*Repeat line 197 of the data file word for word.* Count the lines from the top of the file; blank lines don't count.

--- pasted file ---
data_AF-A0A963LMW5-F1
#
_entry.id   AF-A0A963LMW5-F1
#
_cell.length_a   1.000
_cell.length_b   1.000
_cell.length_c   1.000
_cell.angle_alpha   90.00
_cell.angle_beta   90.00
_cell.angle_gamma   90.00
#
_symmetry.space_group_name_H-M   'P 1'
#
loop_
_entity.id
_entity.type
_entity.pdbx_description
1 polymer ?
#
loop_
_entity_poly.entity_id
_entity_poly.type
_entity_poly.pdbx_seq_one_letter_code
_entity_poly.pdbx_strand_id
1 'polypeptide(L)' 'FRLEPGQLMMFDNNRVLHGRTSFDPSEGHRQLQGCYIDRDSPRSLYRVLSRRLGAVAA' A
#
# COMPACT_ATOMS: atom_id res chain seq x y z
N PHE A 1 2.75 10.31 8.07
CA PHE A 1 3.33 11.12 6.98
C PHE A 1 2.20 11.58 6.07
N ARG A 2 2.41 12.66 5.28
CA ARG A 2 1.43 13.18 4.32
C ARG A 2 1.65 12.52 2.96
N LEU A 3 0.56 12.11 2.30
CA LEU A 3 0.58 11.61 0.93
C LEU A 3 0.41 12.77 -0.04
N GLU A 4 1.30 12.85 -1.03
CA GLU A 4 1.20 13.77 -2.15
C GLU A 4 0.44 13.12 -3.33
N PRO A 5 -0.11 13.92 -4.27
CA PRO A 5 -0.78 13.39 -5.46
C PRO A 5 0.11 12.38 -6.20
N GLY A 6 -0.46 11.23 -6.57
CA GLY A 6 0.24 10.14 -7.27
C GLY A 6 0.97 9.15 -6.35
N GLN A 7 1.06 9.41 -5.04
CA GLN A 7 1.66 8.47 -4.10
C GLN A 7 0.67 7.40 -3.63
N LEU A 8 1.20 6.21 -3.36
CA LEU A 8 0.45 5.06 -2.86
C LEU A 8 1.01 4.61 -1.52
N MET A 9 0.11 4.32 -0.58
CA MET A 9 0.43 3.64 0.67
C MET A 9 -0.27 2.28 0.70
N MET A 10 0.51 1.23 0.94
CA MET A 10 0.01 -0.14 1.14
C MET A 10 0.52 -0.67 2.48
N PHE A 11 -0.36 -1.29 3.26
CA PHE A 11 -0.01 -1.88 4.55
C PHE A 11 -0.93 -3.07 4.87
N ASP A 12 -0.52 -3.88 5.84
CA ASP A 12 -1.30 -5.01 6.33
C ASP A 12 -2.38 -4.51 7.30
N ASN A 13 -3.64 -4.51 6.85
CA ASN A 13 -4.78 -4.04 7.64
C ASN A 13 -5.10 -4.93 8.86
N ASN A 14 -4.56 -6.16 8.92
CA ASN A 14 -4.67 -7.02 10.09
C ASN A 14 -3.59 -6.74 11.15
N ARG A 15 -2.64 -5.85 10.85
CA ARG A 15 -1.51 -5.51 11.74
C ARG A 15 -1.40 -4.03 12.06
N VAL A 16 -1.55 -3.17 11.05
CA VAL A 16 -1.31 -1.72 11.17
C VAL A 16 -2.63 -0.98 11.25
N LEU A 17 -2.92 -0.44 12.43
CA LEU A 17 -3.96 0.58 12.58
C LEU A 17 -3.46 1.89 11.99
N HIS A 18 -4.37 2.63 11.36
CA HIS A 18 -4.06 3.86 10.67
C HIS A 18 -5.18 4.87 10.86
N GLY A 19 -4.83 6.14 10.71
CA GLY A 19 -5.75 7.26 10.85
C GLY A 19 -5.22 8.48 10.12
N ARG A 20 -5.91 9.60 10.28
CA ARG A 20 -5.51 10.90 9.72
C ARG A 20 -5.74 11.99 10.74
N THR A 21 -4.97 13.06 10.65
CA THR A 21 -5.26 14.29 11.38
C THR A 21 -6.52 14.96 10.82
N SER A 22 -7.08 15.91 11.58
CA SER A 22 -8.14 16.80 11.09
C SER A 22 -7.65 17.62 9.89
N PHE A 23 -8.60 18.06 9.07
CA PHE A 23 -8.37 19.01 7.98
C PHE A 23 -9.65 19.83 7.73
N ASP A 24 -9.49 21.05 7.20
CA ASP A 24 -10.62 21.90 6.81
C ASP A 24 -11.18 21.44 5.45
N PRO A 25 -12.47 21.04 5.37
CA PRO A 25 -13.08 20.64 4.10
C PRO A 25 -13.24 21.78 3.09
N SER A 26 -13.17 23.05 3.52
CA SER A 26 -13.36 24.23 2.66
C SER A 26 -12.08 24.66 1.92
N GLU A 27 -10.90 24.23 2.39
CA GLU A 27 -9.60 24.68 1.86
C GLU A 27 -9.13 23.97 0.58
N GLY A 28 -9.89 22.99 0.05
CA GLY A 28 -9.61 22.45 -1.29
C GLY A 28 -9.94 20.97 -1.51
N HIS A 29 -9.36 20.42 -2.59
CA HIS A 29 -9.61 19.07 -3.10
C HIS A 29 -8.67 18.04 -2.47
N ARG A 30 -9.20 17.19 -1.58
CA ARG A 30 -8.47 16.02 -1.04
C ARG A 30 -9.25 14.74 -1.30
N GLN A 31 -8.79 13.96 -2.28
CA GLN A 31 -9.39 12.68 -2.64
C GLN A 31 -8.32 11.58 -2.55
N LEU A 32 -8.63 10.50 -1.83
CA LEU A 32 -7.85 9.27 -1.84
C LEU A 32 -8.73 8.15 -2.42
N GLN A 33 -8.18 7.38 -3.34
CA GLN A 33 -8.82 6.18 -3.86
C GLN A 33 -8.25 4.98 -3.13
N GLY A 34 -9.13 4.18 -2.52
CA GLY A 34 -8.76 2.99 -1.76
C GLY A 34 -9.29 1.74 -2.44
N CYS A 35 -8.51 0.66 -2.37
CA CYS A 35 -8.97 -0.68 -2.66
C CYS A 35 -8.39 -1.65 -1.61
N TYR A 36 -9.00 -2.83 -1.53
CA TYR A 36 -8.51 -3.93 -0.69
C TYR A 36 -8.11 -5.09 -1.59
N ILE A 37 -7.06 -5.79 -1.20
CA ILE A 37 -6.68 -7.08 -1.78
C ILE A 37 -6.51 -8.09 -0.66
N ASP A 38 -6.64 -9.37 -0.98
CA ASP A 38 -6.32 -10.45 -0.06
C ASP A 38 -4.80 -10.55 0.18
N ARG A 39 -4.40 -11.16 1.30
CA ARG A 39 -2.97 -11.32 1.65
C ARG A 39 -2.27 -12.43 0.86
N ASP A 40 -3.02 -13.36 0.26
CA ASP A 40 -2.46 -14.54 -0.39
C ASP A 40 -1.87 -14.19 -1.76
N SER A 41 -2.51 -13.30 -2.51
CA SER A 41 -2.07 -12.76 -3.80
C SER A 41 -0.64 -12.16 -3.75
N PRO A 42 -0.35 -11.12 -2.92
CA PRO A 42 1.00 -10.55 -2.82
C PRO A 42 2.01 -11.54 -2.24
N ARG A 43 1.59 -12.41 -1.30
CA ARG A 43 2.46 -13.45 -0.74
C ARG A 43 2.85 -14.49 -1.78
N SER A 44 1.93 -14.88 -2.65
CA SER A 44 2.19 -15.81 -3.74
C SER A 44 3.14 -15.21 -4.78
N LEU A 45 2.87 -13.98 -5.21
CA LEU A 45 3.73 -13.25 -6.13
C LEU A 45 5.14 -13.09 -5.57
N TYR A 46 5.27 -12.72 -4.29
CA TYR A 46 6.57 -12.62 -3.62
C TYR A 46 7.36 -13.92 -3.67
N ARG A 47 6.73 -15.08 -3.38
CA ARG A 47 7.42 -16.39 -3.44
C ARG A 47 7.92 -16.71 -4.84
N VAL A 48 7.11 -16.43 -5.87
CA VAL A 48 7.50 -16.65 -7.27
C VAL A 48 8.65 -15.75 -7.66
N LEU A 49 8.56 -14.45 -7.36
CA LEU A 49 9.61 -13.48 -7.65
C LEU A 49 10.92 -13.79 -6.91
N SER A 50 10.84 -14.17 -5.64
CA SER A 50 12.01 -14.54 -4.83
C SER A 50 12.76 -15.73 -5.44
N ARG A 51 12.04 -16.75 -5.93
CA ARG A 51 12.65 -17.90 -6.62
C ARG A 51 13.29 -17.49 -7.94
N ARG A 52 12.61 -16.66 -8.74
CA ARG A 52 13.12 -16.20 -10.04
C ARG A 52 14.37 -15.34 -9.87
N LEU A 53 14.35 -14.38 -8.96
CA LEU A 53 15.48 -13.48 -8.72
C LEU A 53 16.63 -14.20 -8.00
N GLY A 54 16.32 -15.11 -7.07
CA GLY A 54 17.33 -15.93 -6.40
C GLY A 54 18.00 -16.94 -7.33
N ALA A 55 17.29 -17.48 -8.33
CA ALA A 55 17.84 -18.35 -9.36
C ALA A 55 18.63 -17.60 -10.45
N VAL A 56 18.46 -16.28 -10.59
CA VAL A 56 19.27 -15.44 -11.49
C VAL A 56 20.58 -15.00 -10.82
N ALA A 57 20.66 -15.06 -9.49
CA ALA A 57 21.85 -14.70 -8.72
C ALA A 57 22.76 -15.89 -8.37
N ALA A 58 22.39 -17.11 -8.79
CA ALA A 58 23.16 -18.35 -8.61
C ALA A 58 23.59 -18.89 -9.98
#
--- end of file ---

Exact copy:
CA ALA A 57 21.85 -14.70 -8.72